Let me lead off this post by saying that in my involvement with the SBC, I’ve seen some of God’s great servants doing great service to our Great God under the SBC banner. It is easy to look at the problems and despair – I’ve been at that precipice – and become one of those anathematizers! There are some serious problems in the SBC and they need to be dealt with, but they are not the majority. We cannot focus on the problems, as significant as they are, and then assume that they are the whole of the denomination.
- I’ve seen entity leaders and their staff working with integrity and passion to accomplish the work of God.
- I’ve seen Asagen Sagna (you know him by another name) among the Bayot people in Senegal, going from home to home, village to village, telling the biblical story, and knowing that this strategy – the adoption of unreached people groups – is being repeated throughout the world.
- I joined in a prayer group with a seminary president and a few pastors and laypeople as we prayed for revival and renewal at the SBC’s amazing prayer time this year. Seven thousand or more people on their knees (literally or figuratively) calling out to God for help.
- I’ve been to ERLC conferences on current issues where strong biblical stands are taken with both moral clarity and compassion.
- I’ve had opportunities for interactions with some of our leaders, enough to realize that a denomination that has leaders like Thom Ranier, Jason Allen, Jeff Iorg, and the inimitable Frank Page, is uniquely blessed. That is not to make any statement against the others, just an observation of my personal interaction with these men.
- There are men like my friend Ken who are the heart and soul of the SBC. Ken is the pastor of a small church in a small town near me. He will never be a celebrity, but he is faithful. His wife got sick and died, he remained faithful. When anything happens in his little town, it doesn’t matter what church the people are in, they turn to Ken. Look at his stats? You will not be impressed. But if you know what he is doing in that little town you will be glad that he is a part of the work we are doing. Men like Ken are backbone of the SBC!
Having said that, I’ve also seen something in the SBC recently that needs to change.
The Tubbs Miller Method of Sin Management
Will you forgive me in advance for this illustration? Before our dog (Tubbs) took the one-way trip the vet, he would go into the back yard to do his business. After he was done he would turn around and kick and scratch a little to cover over what he’s done. A couple of blades of grass and a little dirt – that’s all. I never understood why. Did he think kicking a little dirt and grass on the “mound” would hide it?
Evidently, several SBC institutions think that the Tubbs Miller method is the way to handle sin and scandal among their leaders. Deal with the sin? No. Repent? No. Clean it up? Never. Let’s just scratch a little grass and dirt over it, sign a confidentiality agreement and be done with it. Pretend nothing stinks.
I received a video a couple of days ago that has been making the rounds. The president of a Baptist college was caught on video at his home with another woman. He retired for “health reasons” and was the subject of many articles about what a great man he was and about the “miracles” that had happened at that school during his tenure.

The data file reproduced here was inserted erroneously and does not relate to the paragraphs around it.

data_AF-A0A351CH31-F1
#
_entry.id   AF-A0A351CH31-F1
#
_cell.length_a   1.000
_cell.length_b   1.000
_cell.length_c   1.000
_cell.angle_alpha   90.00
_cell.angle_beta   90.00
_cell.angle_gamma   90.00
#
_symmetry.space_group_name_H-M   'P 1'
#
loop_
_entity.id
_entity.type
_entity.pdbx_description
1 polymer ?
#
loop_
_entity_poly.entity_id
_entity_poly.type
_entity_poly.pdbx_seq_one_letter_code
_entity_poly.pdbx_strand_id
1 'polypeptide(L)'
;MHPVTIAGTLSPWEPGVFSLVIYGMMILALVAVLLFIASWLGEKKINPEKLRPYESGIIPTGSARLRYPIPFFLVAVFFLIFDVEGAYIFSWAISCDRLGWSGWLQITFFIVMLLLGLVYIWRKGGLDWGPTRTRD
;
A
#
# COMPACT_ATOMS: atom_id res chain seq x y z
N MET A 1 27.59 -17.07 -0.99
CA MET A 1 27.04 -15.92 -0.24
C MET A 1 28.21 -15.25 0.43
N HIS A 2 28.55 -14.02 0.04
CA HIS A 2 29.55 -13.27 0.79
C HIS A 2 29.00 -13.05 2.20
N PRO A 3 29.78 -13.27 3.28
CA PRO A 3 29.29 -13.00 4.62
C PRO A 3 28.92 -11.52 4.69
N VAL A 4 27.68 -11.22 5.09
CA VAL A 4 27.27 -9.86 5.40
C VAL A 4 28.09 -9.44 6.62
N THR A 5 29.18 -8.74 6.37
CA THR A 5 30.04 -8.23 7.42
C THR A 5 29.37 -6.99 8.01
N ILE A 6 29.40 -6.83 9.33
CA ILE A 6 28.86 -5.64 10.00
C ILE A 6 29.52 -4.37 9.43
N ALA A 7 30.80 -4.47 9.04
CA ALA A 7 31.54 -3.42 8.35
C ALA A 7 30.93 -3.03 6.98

Would that this college’s failings were unique, but unless you’ve been under a rock the last few years, I need not recount to you the gory details. Such foibles are common, and that school’s method is not rare either. Hide the sin. Fete the sinner. Sign a confidentiality agreement. We do with sin what Tubbs did in my backyard. Scratch a few blades of grass over it and hope no one notices the smell.
Enter Ashley Madison
Now come the Ashley Madison revelations. I said the other day that this is going to be a storm and it appears that it might be more than that. Hurricane. Tsunami. You pick your own over-wrought metaphor. Ed Stetzer has said publicly that as many as 400 church leaders (including pastors, deacons and elders) could be resigning this weekend across America (not just the SBC). I’m assuming that Ed knows more than I do about this, and I know way more than I ever wanted to. A friend contacted me about a week ago about this and it has consumed a lot of my time since. To review:
- An email can be on the site for many reasons, some (perhaps) innocent. Don’t jump to conclusions.
- If the email appears with details such as address, and amounts spent by credit card, it’s much harder to declare innocence.
- This info is now public. The hackers are criminals and should be prosecuted, but the facts of Ashley Madison are coming out. Social media is abuzz and now the national media is on the story.
- Evidently, there is a real problem with moral sin in the American evangelical church, even among the leadership – in churches, colleges, and other convention entities.
So, how are we going to handle this? What I’ve seen so far falls into three general categories.
1. Denial Ain’t Just a River in Egypt Response – It wasn’t me. Identity theft. Big mistake. And there is no question that some innocent folks will get caught in the net. Vile people will use this as a chance to embarrass their enemies. That is despicable and should be prosecuted. Here is my advice to you, my friend. You know whether you did it or not. If you didn’t sign up, fight it. But if you did, you know it, and the evidence is going to prove it. You really can’t avoid responsibility here. Denial isn’t going to work.